Malolos
City of Malolos
(From top, left to right): New Malolos City Hall, Bulacan Provincial Library, Robinsons Place Malolos, Bulacan Provincial Capitol, Barasoain Church
Flag of Malolos
Official seal of Malolos
Nickname(s): 
Cradle of the Philippines
Carabao Capital of the World
Renaissance City of Central Luzon
Map of Bulacan with Malolos highlighted
Map of Bulacan with Malolos highlighted
OpenStreetMap
Map
Malolos is located in Philippines
Malolos
Malolos
Location within the Philippines
Coordinates: 14°50′37″N 120°48′41″E / 14.8436°N 120.8114°E / 14.8436; 120.8114
CountryPhilippines
RegionCentral Luzon
ProvinceBulacan
District 1st district
Settled10th century CE
(part of the kingdom of Ma-i)
Founded
CityhoodDecember 18, 1999
Founded by
Barangays51 (see Barangays)
Government
[1]
 • TypeSangguniang Panlungsod
 • MayorChristian D. Natividad
 • Vice MayorMiguel Alberto T. Bautista
 • RepresentativeDanilo A. Damingo
 • City Council
Members
 • Electorate127,246 voters (2022)
Area
 • Total67.25 km2 (25.97 sq mi)
 • Land67.25 km2 (25.97 sq mi)
Elevation
9.0 m (29.5 ft)
Highest elevation
105 m (344 ft)
Lowest elevation
−4 m (−13 ft)
Population
 (2020 census)[3]
 • Total261,189
 • Density3,900/km2 (10,000/sq mi)
 • Households
64,898
Economy
 • Income class3rd city income class
 • Poverty incidence
2.93
% (2018)[4]
 • Revenue₱ 1,292 million (2020)
 • Assets₱ 1,967 million (2020)
 • Expenditure₱ 920.6 million (2020)
 • Liabilities₱ 902.7 million (2020)
Utilities
 • ElectricityMeralco
Time zoneUTC+8 (PST)
ZIP code
3000
PSGC
IDD:area code+63 (0)44
Native languagesTagalog
Catholic dioceseDiocese of Malolos
Websitewww.maloloscity.gov.ph

Malolos [maˈlɔlɔs], officially the City of Malolos (Filipino: Lungsod ng Malolos), is a 3rd class component city and capital of the province of Bulacan, Philippines. According to the 2020 census, it has a population of 261,189 people.[3] It is the capital city of the province of Bulacan as the seat of the provincial government.[5]

Malolos is the historical site of the constitutional convention of 1898 that led to the establishment of the First Philippine Republic, led by Emilio Aguinaldo. Malolos was the site of the constitutional convention of 1898, known as the Malolos Convention, that led to the establishment of the First Philippine Republic, at the sanctuary of the Barasoain Church. The convent of the Malolos Cathedral served as the presidential palace at that time.

Malolos gave birth to the First Philippine Republic, sometimes characterized as the first proper constitutional republic in Asia,[6][7][8] although there were several Asian republics predating it – for example, the Mahajanapadas of ancient India, the Lanfang Republic, the Republic of Formosa, or the Republic of Ezo. Aguinaldo himself had led a number of governments prior to Malolos, like those established at Tejeros and Biak-na-Bato which both styled themselves República de Filipinas ("Republic of the Philippines"). Unlike the founding documents of those governments, however, the Malolos Constitution was duly approved by a partially elected congress and called for a true representative democracy.[9][10]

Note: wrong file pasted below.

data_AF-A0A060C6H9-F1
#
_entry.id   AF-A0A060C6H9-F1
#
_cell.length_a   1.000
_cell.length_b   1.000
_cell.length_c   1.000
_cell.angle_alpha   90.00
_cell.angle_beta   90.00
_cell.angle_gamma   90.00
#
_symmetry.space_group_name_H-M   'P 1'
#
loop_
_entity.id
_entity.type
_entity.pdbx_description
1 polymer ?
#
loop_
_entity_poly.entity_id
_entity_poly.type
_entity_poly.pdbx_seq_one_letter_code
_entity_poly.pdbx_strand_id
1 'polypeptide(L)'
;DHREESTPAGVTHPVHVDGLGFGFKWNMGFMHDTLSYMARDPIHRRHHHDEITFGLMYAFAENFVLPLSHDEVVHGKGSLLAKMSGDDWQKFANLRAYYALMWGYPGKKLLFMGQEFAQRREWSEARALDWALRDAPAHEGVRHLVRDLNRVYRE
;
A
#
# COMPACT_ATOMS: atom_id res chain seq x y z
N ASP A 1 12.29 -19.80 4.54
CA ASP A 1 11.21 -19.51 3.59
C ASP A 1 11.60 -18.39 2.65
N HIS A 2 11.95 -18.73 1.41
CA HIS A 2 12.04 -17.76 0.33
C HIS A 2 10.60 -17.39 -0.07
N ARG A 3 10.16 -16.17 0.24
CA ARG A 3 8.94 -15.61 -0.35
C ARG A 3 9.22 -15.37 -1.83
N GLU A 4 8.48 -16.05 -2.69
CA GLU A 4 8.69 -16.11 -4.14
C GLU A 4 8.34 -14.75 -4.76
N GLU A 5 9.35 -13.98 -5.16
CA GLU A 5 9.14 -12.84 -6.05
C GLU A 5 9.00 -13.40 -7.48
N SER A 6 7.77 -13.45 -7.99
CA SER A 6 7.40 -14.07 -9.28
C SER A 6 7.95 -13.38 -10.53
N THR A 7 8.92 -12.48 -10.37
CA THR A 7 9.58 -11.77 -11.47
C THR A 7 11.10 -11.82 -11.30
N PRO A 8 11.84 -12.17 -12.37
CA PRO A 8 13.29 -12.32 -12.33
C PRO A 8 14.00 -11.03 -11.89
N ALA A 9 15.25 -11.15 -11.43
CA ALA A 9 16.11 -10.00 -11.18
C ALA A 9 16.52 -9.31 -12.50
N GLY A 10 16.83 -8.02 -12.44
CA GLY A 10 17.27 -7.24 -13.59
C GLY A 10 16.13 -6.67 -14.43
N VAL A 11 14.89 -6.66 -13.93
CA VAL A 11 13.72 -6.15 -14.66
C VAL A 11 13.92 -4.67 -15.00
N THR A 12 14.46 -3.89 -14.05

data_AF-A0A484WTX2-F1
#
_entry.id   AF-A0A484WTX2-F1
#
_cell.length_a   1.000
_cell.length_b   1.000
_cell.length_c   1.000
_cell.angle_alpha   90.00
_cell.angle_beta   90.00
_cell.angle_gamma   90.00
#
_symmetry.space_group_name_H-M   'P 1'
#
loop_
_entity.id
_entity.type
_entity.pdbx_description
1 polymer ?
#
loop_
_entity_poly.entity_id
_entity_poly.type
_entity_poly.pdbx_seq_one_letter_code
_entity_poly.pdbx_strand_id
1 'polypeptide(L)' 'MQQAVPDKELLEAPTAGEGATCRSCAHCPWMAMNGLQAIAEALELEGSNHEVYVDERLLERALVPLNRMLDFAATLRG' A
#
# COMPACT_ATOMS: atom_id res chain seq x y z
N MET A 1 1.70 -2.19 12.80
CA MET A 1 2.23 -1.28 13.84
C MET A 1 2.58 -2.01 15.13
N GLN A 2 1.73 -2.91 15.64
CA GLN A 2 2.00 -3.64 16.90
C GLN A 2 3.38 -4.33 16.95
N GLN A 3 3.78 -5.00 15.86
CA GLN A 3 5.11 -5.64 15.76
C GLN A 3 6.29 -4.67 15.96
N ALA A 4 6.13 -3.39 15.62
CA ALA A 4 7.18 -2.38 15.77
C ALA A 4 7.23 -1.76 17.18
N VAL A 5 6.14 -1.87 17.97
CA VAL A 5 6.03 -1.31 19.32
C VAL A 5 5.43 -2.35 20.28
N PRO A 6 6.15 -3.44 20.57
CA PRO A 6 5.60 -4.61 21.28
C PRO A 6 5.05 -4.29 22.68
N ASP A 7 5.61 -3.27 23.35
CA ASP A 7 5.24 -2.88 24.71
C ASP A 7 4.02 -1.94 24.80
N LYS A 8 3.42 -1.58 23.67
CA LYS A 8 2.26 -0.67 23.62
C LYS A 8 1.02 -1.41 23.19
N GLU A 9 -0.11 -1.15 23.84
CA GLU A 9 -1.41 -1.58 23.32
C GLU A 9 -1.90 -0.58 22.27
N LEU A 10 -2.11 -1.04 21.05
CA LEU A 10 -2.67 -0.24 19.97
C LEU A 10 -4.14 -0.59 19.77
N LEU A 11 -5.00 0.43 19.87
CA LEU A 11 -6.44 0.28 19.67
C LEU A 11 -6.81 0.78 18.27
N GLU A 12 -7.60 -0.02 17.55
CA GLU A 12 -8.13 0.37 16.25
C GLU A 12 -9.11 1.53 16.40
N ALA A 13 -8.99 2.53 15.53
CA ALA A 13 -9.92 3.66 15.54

History

Miguel Lopez de Legazpi conquered the 8 villages along Malolos River and integrated it into one entity dated November 14, 1571, and constituted it as an Encomienda de Malolos[11][12] the Adelantado entrusted the settlements to conquistador Don Marcos de Herrera. On April 5, 1572, Legazpi merges the encomiendas of Malolos and Calumpit into a single entity to form a new town of Calumpit with Juan Moron and Herrera as co-encomenderos.

On April 15, 1572, Legazpi entrusted 6 villages along Atlag River and given it to Don Jeronimo Tirado.[13]

Nine years later, Malolos was officially established as a town and included it in Bulacan and dismembered on Alcaldia de Calumpit on June 11, 1580, and accepted as priory with Fray Matheo de Mendoza as its first minister in an Augustinian Council held in Tondo Convent but the civil administration still belongs to its encomendero at that time, Don Jeronimo Tirado.

The Tagalog constituted the majority of the Malolos populace although it is said that the town had a Kapampangan origin; the name Malolos is a Spanish pronunciation of Kapampangan word maluslús.[14] They were led by prominent families, among them are descendants of the royal clans of Gatbontons, Gatmaitan, Gatsalian (Gatchalian), Dimagiba, Lakandola, Ladia and Lacancale and in the 17th-19th centuries, Chinese Filipino families through Tondo and Binondo, such as Chichioco, Cojuangco, Chiong, Chico, Cunanan, Tantocos, Tanchangco, Tanjosoy, Tengco, Tenjeco, Tiongson, Lomotan, Manahan, joined by Spanish Filipino families of Adriano, Bautista, Jacinto, Reyes, Santos, Rustia, de Leon, Agustin, Vasquez, Valenzuela, Crisostomo and Estrella.